Mark Uncapher

SEIU Protest

Being a Republican and a conservative in Montgomery County often requires a healthy sense of humor.

Here is an example:

This past Thursday protestors from SEIU Local 500 representing school bus drivers descended on Montgomery County’s Republican Party headquarters complaining about Romney’s comment that:

“When a young person makes the honor roll, I know it took a bus to get to school, but I don’t give a bus driver credit for the honor roll.”

Our county school bus drivers’ union was offended by this. Seriously, you cannot make this stuff up.
See: SEIU Website

I do not minimize the responsibility or professionalism of Montgomery County’s school bus drivers. However their trying to claim credit for  individual students making the honor roll is simply silly. They frankly should be embarrassed for trying to make this argument. However SEIU does not embarrass easily.

Apparently SEIU thinks that when I was a Montgomery County Public School System parent, I should have told my kids that they were not really responsible for making the Honor Roll, being on a winning team or top ranked extra-curricular activity. Instead they should have been told to give the credit to their school bus drivers. Try that on teenagers and I guarantee a generation of Republicans.

Ever since Obama’s infamous “You didn’t build it” comment, we have had a national debate over individual vs. collective responsibility. This debate reveals the deep divide in values between collectivists, such as SEIU, and those who value individual autonomy and personal achievement.

Listen next week to the speeches from the Democratic Convention in Charlotte and you will hear the same theme repeated. If you are a member of specific groups, then that single identity should trump all other considerations in determining how you vote.

Much of this national “You Didn’t Build it” discussion revolves around a classic circular chicken and egg debate. Did the roads make the economy possible, or did the economy pay for the roads? In Maryland the motor fuel tax is 41.9 cents a gallon and a significant proportion of the proceeds are used to support the minority who rely on mass transit. So, when you fill up at the pump here, not only did you pay to “build it,” you also subsidized someone else’s ride to work too.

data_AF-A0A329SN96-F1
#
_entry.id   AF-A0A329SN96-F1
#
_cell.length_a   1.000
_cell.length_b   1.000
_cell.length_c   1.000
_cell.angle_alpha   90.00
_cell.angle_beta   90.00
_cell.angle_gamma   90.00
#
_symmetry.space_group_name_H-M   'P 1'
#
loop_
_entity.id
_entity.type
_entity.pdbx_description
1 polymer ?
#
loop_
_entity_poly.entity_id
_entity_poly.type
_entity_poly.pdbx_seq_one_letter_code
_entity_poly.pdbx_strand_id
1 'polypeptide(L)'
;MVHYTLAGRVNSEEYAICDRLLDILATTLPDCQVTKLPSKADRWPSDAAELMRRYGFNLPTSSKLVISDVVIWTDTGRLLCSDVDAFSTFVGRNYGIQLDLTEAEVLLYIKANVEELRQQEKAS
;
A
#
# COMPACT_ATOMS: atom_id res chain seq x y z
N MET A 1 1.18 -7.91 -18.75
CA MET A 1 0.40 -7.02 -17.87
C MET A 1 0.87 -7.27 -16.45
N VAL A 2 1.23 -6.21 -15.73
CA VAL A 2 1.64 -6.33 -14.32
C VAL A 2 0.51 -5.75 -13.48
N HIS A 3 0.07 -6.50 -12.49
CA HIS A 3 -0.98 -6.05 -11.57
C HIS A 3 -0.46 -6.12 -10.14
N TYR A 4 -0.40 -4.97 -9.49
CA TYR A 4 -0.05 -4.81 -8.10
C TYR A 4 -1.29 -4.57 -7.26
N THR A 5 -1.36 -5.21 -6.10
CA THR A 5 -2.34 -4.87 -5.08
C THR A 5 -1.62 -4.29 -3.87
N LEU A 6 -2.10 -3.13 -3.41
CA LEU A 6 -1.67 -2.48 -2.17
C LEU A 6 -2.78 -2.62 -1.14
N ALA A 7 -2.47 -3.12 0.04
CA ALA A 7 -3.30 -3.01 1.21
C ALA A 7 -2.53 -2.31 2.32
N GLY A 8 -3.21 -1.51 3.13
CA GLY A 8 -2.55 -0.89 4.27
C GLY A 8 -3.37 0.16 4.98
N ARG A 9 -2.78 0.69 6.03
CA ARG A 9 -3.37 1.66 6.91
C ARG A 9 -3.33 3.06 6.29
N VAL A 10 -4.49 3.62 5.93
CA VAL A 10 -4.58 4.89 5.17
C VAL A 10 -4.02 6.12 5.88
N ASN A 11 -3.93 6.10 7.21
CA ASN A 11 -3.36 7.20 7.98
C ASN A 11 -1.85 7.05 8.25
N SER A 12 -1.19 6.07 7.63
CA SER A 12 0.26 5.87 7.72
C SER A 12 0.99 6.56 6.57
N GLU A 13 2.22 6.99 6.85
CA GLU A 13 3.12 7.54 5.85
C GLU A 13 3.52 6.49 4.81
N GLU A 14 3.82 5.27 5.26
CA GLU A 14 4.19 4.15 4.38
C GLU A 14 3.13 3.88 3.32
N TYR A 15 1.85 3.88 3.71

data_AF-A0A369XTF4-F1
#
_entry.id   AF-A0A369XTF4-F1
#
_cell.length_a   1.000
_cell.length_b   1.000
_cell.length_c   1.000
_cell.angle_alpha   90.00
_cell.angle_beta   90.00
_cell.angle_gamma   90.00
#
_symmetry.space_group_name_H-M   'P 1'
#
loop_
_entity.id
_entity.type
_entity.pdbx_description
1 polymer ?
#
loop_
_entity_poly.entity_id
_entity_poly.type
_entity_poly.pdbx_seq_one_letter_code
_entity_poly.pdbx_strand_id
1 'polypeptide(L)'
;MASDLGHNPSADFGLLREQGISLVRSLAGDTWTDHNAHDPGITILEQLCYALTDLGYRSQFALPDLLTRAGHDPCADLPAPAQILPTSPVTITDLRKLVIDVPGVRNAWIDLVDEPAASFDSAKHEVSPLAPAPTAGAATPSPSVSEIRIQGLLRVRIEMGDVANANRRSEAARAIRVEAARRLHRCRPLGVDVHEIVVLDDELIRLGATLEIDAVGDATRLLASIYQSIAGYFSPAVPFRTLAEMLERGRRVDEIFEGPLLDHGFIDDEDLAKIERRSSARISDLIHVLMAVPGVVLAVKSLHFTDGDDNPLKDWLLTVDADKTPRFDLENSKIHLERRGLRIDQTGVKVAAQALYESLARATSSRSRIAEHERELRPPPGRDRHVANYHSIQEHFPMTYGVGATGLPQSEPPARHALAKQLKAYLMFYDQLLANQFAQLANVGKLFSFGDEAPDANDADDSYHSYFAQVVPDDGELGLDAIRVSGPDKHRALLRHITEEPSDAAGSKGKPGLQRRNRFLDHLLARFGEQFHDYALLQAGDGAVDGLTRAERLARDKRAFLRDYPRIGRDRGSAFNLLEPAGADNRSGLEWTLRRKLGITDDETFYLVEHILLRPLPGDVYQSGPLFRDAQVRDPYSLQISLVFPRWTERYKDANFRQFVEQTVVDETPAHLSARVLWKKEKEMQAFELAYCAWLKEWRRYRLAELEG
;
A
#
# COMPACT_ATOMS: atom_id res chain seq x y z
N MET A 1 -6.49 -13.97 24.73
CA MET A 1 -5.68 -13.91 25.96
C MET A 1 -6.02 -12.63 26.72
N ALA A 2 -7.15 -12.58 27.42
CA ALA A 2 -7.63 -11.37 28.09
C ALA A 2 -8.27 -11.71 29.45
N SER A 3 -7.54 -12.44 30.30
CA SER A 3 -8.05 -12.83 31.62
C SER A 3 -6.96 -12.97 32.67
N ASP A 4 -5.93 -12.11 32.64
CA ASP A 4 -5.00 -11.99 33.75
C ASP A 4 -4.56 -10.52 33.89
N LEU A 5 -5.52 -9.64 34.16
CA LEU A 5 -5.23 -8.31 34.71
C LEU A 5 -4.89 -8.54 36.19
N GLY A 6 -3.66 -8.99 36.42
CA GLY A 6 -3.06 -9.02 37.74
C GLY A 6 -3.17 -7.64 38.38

But breaking through this circular discussion, let me offer the SEIU bus drivers a test. If they want to take credit for kids making the honor roll, are they also will to accept responsibility for failing schools?

Some Montgomery County high school clusters produce some of the best prepared graduates in the country. Some do not. If the drivers want credit for the good schools, will they also accept accountability for those high schools that produce median SAT scores that are in the bottom half of the country? Are the bus drivers for the Walt Whitman, Walter Johnson and Churchill clusters that much better than those for Kennedy, Einstein and Wheaton? Probably not.

Willingness to accept accountability for failure is the best test for who really deserves credit for “Building it.”

A business owner assumes the risk of failure. They are held accountable for paying back a business loan. They and their investors lose when a business closes, and a high percentage of new businesses do fail. Yet without their risk taking millions of jobs would not exist.

So here is the test for determining who really “Built it.” If you were willing to be accountable for what happens if something does not succeed, you deserve full credit when does. However if you will not take responsible for failure, you do not deserve to claim success.

It is the student, not the bus driver, who gets an F instead of an A, if she fails to study.

Mark Uncapher

About Mark Uncapher

Mark Uncapher has been Chairman of the Montgomery County Republican Party since 2008. The party represents over 125,000 registered voters, Professionally he is a telecommunications lawyer and previously served as a Counsel to a Subcommittee of the House Oversight and Government Reform Committee. He and his wife Robin are both graduates of George Washington University and have lived in Bethesda since 1995.


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